It was a pissing contest. Unfortunately, Brandon paid for his poor and illegal behavior with his life. Mr. Brown on the other hand walks away his is restitution being living with himself. Now knowing that Brandon was not in a position to shoot him, if he has any decency that can't be an easy thing to live with.
Weighing In

Bowling Green, KY

#282 Apr 8, 2013
Bombardier wrote:
Bradshaw brandished a weapon as he was opening the door.(The story being told by Brown and eyewitness).
Brown responded to lethal force with lethal force. This is the justification for self-defense.
Hi Bomb - love your bottom line, pissing contest. It's what I believe as well.

Curious to know ... what have you heard/believe about Brandon still being buckled in?
Weighing In

Bowling Green, KY

#283 Apr 8, 2013
Hold on a Sec wrote:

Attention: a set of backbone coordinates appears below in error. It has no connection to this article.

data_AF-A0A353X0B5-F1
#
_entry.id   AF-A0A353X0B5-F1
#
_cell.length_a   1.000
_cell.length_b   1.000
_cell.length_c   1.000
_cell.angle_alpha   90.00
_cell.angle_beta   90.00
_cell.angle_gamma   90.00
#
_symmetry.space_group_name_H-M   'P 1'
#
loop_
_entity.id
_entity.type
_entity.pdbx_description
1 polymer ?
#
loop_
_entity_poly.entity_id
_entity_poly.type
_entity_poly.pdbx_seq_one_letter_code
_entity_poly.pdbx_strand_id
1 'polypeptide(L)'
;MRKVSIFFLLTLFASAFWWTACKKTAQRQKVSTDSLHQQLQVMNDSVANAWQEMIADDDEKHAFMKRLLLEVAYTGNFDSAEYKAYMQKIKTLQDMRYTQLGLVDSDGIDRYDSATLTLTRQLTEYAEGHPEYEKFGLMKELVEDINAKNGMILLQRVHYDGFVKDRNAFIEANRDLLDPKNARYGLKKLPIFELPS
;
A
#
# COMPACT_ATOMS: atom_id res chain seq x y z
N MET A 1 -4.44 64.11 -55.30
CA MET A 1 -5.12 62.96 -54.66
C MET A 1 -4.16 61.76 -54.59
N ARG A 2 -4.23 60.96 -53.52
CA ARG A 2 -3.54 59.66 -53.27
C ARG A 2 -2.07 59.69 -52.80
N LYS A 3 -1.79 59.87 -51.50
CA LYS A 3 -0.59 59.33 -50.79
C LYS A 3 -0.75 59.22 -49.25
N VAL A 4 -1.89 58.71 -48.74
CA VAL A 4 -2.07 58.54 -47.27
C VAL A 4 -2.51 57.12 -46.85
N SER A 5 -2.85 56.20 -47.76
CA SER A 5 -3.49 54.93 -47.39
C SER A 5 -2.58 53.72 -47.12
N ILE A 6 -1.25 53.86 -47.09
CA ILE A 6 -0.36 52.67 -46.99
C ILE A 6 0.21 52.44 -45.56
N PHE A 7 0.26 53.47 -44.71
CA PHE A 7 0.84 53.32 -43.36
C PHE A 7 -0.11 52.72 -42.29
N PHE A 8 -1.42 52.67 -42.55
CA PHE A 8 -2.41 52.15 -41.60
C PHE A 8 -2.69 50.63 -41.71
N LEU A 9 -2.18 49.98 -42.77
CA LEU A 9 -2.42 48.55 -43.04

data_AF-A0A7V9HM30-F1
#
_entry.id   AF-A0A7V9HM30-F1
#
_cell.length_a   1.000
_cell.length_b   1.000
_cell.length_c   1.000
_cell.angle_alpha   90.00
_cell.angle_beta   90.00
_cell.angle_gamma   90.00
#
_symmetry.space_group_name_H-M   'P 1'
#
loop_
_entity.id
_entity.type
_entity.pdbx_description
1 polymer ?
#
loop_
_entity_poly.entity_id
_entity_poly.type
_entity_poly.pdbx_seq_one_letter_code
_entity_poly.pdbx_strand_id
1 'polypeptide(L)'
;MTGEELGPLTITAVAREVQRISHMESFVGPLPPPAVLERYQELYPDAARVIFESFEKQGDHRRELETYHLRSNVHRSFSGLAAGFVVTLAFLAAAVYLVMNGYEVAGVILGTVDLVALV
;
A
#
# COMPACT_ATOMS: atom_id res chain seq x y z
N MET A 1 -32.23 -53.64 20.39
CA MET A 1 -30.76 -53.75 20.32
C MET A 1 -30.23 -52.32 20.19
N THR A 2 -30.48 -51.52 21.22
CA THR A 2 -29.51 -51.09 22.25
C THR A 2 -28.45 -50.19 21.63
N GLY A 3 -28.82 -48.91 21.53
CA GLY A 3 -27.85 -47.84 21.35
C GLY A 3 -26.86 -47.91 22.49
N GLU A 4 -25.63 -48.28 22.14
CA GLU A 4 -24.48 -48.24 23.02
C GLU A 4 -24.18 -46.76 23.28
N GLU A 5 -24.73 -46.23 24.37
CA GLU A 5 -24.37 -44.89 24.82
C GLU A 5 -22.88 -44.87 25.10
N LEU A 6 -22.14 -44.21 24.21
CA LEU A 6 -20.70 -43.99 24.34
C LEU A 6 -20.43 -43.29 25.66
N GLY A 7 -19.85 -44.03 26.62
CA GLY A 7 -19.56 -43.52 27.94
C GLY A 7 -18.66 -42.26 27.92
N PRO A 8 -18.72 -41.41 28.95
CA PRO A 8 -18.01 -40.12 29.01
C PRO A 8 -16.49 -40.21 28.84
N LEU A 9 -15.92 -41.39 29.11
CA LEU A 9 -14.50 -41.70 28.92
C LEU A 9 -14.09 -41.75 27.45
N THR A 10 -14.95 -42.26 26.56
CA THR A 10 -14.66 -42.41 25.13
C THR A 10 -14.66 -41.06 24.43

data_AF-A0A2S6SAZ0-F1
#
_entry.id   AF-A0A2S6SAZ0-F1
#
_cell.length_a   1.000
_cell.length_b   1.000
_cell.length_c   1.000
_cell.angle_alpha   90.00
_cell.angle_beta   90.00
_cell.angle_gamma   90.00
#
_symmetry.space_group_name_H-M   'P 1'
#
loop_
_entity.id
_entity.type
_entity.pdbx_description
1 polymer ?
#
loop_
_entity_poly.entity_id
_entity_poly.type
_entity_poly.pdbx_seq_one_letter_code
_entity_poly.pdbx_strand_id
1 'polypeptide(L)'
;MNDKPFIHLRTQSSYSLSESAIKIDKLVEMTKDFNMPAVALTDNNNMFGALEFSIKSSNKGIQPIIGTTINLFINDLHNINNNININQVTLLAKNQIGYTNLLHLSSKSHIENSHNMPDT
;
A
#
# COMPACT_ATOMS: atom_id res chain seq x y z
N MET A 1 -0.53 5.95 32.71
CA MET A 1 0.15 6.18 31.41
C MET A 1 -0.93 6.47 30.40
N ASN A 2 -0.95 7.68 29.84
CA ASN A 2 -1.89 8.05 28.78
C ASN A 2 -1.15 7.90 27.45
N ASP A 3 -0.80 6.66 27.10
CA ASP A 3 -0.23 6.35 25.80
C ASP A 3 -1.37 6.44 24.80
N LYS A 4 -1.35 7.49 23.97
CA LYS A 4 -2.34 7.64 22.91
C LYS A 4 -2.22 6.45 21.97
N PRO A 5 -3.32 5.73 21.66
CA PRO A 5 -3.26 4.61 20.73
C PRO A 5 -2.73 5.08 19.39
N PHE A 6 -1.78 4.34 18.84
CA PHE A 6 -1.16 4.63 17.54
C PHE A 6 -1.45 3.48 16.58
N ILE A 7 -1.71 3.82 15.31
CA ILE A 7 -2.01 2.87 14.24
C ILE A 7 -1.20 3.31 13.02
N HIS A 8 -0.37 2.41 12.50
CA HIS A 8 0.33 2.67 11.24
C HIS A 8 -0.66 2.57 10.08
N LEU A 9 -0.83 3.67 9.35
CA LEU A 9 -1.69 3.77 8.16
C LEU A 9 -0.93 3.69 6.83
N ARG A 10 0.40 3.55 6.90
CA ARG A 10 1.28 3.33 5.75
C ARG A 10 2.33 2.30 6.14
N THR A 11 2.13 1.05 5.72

<quoted text>
Whose directive to stand back? TB's?
My assumption was that it was the law enforcement that was onsite that made the decision to withhold care under the guise of securing the scene, making it safe. Sounds reasonable, especially if you have Brown with a gun in hand.

But now I wonder if it actually happened. It could be key, not sure how one would find out.
Question

Russell Springs, KY

#284 Apr 8, 2013
It just crosses my mind sometimes that brown had the upper hand the entire time because Brandon still had his foot on the break and seat belt on from start to finish of his death. That is very bothersome that he didn't he even have time to put the truck in park nor unbuckle himself before being ostensibly executed.